Making Truman Vice President had also been a political decision. FDR’s party would no longer support Henry Wallace as Vice President because he was too Radical and a FDR favorite, Jimmy Burns, was an arch segregationist and so that would not do, and so Harry, a machine politician who had made a name for himself in the Senate by combatting wartime wasteful spending, was the man. FDR was a political man down to the bone, and the lesson to learn from his career is not to trust the military leadership to have good sense, even now when we rely on them to provide a steady hand to a foreign policy that is in the hands of a President who knows nothing about it.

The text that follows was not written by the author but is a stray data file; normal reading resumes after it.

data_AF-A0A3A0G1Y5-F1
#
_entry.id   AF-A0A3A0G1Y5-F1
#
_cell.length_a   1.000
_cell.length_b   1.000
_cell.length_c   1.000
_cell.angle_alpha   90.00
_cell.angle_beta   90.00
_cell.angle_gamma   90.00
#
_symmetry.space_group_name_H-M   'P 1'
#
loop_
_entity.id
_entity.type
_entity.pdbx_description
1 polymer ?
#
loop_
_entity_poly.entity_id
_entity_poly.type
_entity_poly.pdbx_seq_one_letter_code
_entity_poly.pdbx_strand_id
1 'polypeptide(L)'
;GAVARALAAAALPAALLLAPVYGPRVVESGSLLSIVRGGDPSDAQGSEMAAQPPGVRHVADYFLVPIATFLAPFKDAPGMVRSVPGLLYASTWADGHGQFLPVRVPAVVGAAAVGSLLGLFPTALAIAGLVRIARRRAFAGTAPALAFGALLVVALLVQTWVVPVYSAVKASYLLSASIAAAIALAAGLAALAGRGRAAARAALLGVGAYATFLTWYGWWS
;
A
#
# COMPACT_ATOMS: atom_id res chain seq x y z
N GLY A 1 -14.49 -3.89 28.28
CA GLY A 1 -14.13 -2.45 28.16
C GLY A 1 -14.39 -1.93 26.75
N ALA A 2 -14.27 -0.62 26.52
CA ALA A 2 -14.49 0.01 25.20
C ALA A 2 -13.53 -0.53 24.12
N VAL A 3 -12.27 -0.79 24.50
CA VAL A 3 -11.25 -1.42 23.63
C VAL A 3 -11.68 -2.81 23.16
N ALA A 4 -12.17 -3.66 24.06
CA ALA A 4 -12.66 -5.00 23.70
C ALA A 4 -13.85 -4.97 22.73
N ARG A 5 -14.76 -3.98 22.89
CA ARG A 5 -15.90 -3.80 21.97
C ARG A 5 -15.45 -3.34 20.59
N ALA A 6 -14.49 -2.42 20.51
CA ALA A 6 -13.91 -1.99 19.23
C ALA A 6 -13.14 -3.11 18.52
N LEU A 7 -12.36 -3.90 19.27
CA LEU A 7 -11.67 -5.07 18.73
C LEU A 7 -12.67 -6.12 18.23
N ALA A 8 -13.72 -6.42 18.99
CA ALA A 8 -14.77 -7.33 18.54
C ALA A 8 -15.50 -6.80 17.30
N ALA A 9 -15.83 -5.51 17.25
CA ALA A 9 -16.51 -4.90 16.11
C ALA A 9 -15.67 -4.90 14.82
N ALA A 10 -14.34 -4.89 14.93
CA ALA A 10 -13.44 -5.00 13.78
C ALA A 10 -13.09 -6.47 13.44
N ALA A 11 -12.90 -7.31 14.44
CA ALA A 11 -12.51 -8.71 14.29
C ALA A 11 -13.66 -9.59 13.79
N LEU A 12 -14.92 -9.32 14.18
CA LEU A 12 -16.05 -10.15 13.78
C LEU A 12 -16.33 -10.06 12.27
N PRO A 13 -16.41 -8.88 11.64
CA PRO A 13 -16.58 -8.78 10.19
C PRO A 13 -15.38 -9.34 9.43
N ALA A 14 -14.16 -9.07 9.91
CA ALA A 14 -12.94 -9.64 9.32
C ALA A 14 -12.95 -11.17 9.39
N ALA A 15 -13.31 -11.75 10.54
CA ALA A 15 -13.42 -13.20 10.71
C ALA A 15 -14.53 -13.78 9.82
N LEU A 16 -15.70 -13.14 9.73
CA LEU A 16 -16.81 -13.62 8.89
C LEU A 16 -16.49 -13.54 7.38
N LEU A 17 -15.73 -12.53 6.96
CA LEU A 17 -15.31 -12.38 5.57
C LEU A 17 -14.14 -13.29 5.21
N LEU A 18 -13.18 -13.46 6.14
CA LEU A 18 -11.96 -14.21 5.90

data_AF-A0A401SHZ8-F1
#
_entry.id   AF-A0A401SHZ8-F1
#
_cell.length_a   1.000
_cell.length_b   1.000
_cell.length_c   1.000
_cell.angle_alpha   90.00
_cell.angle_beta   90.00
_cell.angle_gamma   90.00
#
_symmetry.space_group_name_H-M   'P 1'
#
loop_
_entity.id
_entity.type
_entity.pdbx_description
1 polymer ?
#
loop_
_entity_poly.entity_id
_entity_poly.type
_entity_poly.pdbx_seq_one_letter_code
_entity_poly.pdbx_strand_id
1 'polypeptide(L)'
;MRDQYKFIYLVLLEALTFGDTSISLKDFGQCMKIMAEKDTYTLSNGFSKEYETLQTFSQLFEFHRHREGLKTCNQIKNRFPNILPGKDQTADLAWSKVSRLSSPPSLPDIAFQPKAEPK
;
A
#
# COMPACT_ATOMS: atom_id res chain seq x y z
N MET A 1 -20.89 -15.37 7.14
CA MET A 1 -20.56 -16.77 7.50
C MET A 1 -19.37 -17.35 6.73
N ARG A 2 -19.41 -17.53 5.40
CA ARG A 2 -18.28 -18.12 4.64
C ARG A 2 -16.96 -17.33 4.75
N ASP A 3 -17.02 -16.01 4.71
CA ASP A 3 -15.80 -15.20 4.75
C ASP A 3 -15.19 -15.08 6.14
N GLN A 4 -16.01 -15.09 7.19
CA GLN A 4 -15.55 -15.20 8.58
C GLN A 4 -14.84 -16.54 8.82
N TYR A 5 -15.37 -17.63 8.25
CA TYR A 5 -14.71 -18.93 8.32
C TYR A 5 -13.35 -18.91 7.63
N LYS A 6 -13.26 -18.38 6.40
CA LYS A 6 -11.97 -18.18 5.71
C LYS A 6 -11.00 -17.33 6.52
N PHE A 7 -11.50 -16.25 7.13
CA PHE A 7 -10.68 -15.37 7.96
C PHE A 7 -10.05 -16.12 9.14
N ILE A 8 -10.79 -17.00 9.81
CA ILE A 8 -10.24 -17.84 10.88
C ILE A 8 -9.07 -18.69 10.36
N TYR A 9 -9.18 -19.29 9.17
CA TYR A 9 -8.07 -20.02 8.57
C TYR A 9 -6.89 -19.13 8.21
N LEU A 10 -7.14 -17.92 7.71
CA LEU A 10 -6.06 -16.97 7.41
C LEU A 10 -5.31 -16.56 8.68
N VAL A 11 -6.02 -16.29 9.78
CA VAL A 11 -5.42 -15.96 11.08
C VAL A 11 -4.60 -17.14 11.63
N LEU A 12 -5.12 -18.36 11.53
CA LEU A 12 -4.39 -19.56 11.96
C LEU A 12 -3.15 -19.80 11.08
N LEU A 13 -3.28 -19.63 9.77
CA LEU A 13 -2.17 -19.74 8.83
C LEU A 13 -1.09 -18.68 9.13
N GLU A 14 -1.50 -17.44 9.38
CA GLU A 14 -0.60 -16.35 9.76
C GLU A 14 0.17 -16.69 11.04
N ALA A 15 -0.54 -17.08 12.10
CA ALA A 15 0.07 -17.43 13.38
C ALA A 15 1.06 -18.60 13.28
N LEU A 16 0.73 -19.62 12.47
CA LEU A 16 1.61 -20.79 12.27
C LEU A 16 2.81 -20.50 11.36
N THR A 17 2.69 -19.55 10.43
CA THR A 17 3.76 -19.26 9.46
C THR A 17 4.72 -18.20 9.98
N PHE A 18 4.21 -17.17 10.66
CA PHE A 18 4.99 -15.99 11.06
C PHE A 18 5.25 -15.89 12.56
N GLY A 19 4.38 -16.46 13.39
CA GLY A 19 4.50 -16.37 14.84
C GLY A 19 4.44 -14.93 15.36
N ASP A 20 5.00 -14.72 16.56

I was reminded recently by book on grand strategy of Isaiah Berlin’s distinction between the hedgehog, who has one big idea, and the fox, who jumps around solving one discrete problem after another. Berlin has a well deserved reputation as an intellectual historian (and is less well known for his penetrating reports to England about the state of the American mind during the years of World War II) but his distinction between the hedgehog and the fox is lost on me. Which was FDR? He certainly was a fox in that he stuck his finger in any number of pies and acted decisively in the short range, whether that was empowering those whom he had recently called “economic royalists” to be the czars of war production or getting the United States, ever so slowly, engaged in the war against Hitler. But he was also a hedgehog, his big idea that the American people had to be engaged in this war while the munitions makers did their work and placed the Allies in a position where they would not help but win the war. And this he did. The United States had three aircraft carriers in the Pacific at the time of Pearl Harbor. In 1945, they had, altogether, 27 aircraft carriers. It was an unbeatable recipe.